• When a failure happens, we are not required to be capable of responding to a second failure. So, we can immediately cancel the execution of all active backups and ignore the schedulability needs of all passive backups whose primaries are not on the failed processor.

By definition, a passive backup only executes if its primary has failed. This is only guaranteed to be known after the primary’s scheduled completion time. Hence, a primary backup may only be scheduled in the interval between the scheduled finishing time of its primary and its deadline.

The fault-tolerant assignment algorithm is shown in Figure 6. The logic behind this algorithm is quite straightforward. We want to be able to sustain up to one processor failure at any one time. When assigning a primary task, we want to ensure that the processor to which it is assigned has the ability to run this task together will all the active backups assigned to it as well as the passive backup sets that could possibly be activated. For each of the other m − 1 processors in the system, there is a set of passive backup tasks that must be activated on the failure of that processor.

Each backup task is classified as active or passive depending on the scheduling of its corresponding primary. If the primary finishes so late that there is not enough time left for a backup task to be initiated and then complete before its deadline, then the backup must be initiated even before we know that the primary has failed. Such a backup is therefore designated as active. All others are designated as passive.

An active backup must run only as long as:

• All processors are up, or

• One processor is down, and that processor was assigned the primary copy corresponding to that active backup.

Hence, when checking the schedulability of an active backup, we only check that it is schedulable for one of these two cases. Similarly, when checking for the schedulability of passive backup βi, we only need to check that the processor to which it is assigned can meet all the deadlines of its primaries as well as of those backups whose primaries are on the same processor as that of πi, the primary “partner” of βi.

Let us now turn to how the schedulability tests are done. Note that this problem differs from the traditional RM model in which task deadlines equal their periods; in our case, passive about before the first has been dealt with and the system schedule has been stabilized with, if necessary, the reassignment of tasks. That is, the second failure will not happen until the “memory” of the first failure has faded away.

Figure 6: Fault-Tolerant Assignment Algorithm backups may not start before the scheduled finishing time of their primaries. So, we cannot use the response time expression in Equation (1) to judge schedulability. However, the expression that we do end up with has the same logical foundation as (1).

We start by upper-bounding the cumulative work, ω(T, t), that arrives at some single processor, P, by task set T during any interval [0, t]7. Let Π be the set of primaries, βa the set of active backups, and βp the set of passive backups, assigned to processor P. Denote the finishing time of πi, the primary copy of Ti, by fi. Its deadline (relative to when it was released) is equal to the period, Pi. Denote the WCET of the primary of task Ti by ei and that of its backup by

ξi. Then, we can write:

–  –  –

Let us justify Equation (9) by examining its rhs term by term. The first term on the rhs is the contribution of the primary tasks assigned to processor P. The worst-case contribution of this term obviously occurs when the first iteration of all such tasks are released at time 0 (equivalently, we can say that the phasings of the primaries are all zero). The second term is the contribution of the active backups, assuming again that their phasings are zero. The third term accounts for the passive backups in set T. Now, in the worst case, the phasing of the primaries associated with these backups can be such that the first iterations of these primaries are scheduled (on whichever processor to which they have been assigned) to complete at time 0;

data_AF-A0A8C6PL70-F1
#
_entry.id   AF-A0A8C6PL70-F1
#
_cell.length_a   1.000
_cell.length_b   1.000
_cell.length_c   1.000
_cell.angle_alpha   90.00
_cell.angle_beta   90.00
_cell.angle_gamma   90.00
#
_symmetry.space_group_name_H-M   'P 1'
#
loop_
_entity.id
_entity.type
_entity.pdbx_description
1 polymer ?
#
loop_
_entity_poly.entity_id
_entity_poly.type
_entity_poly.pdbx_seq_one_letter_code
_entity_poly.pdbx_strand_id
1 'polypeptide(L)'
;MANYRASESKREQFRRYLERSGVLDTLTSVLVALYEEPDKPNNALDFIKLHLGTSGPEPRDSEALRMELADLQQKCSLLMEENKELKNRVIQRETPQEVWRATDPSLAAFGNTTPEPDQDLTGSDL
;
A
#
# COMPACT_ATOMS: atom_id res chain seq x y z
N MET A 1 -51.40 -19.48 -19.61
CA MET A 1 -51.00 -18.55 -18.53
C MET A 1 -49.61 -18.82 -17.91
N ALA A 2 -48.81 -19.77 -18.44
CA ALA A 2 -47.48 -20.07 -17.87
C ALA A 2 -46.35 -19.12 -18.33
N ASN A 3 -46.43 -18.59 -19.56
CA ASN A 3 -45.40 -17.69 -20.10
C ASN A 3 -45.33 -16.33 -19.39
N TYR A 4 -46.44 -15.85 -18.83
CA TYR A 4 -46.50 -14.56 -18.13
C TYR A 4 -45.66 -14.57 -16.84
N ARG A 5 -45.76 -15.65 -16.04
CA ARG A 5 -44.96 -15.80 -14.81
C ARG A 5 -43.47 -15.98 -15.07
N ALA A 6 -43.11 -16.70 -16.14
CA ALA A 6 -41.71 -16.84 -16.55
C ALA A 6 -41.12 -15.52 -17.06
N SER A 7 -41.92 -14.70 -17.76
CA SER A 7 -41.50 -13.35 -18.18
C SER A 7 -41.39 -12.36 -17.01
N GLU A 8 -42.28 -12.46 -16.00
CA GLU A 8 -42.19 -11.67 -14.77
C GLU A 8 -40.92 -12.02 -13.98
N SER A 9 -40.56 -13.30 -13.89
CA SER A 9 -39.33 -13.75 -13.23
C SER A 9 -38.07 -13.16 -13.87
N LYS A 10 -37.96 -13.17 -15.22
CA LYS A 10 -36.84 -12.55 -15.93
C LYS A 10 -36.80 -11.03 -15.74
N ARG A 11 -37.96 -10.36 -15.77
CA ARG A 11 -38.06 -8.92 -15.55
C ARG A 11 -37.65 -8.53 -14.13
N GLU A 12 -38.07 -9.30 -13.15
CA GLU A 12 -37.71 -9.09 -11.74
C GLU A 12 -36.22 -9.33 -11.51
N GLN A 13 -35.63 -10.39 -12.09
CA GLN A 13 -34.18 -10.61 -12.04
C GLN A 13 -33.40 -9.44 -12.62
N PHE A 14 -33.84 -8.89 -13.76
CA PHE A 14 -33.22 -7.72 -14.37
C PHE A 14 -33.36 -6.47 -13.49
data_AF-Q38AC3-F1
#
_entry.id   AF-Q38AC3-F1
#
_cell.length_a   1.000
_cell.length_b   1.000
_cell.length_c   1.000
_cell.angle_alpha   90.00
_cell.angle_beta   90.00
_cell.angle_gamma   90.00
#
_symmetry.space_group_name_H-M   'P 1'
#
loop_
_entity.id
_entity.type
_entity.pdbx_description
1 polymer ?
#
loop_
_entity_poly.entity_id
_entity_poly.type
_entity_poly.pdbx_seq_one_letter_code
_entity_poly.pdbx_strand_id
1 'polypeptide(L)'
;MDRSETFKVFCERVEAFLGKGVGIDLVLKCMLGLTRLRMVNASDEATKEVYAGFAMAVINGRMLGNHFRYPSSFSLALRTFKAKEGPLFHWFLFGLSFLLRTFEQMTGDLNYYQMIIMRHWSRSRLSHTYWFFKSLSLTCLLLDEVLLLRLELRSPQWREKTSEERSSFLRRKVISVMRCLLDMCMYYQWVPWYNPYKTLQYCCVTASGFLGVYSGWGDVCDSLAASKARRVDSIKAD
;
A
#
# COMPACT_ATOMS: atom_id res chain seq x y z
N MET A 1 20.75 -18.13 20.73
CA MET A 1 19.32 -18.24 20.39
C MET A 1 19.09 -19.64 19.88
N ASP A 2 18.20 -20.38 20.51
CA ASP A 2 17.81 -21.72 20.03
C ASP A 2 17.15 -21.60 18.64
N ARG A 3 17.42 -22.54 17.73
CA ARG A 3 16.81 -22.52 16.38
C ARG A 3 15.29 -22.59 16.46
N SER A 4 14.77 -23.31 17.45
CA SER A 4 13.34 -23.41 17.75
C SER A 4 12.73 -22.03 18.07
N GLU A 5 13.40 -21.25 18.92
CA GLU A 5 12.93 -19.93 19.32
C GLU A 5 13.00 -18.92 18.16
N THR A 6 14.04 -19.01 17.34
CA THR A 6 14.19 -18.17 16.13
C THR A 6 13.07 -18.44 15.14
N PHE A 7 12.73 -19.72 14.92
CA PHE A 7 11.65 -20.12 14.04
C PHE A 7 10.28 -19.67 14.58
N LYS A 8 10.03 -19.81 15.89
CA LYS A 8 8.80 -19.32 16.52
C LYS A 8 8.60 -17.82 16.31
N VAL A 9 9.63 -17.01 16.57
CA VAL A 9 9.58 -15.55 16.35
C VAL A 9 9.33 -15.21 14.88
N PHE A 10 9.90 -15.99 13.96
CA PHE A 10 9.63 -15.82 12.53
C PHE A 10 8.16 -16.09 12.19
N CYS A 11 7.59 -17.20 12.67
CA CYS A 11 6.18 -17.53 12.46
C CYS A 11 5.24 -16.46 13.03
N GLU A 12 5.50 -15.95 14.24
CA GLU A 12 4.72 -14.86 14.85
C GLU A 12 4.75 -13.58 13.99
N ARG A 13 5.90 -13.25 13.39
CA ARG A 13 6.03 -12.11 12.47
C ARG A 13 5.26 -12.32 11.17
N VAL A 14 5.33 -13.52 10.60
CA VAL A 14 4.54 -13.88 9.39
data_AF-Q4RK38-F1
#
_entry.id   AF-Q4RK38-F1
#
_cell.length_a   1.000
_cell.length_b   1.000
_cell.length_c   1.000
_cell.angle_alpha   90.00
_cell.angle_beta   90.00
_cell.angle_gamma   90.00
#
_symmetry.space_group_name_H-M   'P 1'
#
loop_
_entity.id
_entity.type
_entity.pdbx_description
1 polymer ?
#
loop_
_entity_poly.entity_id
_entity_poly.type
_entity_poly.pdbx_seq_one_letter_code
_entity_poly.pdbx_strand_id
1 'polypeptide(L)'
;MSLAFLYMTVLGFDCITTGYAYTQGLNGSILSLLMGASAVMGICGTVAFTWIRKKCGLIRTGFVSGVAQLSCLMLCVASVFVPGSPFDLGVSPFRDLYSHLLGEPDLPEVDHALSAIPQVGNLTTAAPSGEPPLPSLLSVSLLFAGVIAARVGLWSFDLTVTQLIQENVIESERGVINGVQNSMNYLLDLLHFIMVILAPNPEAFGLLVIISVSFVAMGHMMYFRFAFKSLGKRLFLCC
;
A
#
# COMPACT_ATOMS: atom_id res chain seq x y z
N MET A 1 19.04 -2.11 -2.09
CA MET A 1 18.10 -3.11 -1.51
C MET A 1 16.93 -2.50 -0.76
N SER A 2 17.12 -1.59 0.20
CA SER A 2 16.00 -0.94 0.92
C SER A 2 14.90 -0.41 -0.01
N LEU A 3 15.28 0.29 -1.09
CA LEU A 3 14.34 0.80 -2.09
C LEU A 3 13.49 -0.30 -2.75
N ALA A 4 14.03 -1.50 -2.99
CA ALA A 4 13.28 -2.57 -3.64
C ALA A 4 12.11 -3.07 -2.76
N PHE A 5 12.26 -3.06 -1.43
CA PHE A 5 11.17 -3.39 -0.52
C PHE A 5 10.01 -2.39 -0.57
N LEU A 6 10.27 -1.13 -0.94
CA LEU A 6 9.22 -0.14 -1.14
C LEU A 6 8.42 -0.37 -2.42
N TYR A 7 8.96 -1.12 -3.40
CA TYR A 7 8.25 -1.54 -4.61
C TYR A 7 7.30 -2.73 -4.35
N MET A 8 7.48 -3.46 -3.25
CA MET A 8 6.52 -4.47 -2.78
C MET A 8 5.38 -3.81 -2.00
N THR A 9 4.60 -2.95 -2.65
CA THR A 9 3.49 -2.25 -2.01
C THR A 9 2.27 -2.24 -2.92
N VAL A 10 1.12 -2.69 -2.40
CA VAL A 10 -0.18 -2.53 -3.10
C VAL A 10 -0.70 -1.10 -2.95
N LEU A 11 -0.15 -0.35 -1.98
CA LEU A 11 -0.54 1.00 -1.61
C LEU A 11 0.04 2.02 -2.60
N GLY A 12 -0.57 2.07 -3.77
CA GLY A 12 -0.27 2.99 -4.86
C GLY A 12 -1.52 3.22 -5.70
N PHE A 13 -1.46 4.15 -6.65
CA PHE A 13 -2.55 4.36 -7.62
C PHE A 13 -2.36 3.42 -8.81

hence, we can assume that all the passive backups corresponding to these first iterations become eligible to execute starting at time 0. If t ≤ fi, then there can be only one such copy of each backup task which can be released over [0, t]; if t fi, this number is equal to 1 + ⌈(t − fi)/Pi⌉.

In order for task Ti ∈ T to meet its deadline, it is sufficient to have ω(T, t) ≤ 1 for some t ≤ Pi. This is justified as follows. The worst case response time for any task occurs when it is released at the same time as all the higher-priority tasks (whether primary or backup) in the system. So, if we assume that the first iteration of all tasks are released at time 0, the worst-case response time of any task is that seen by its first iteration. If ω(T, t) t for some t = τ, this means the total work that came in over the interval [0, t] was less than t; hence the processor must have been idle over some part of that interval. Hence, all the iterations that were released at time 0 must have been done by time τ (since otherwise the processor would not be idle). If τ ≤ Pi, then that must mean that the first iteration of task Ti met its deadline. If ω(T, t) = t for some t = τ, then all the tasks issued over [0, τ] are done by time τ and if τ ≤ Pi, the first iteration of Ti is done by its period.

From this, we can now write sufficient conditions for schedulability for each of the following two cases. For the fault-free case, no passive backups are activated; the task set Tfault−free that Do not confuse ω(T, t) with W(T, t) (encountered in Section 4.2). The former is the cumulative work that arrives during the interval [0, t]; the latter is the cumulative unfinished work at time t, regardless of when that unfinished work actually arrived at the system.

processor P needs to be able to run is the primaries and the active backups that have been assigned to it. For this case, we must have

–  –  –

The remaining case to consider is when some processor Pj (Pj = P) fails. This will require any passive backups (assigned to P) of primaries scheduled on Pj to be capable of running.

As mentioned earlier, once the system knows, at time tj, that Pj has failed, it has to run backups associated with primaries assigned to Pj, and not run any other backups (including active backups of other tasks). (Before the system knows that Pj has failed, it obviously has to keep running all active backups). Let us denote this set of tasks to be scheduled on P by TPj −fails: this set will not assume that any other backups execute after time tj.

The condition to be satisfied to ensure schedulability on P is of the same form as Equation (10), except that the task set is different:

–  –  –

One can think of several variations on this theme. We have already considered the possibility of assigning tasks in a different order to that of their RM priorities. This may result in more successful task assignments; however, the schedulability checks will be more time-consuming.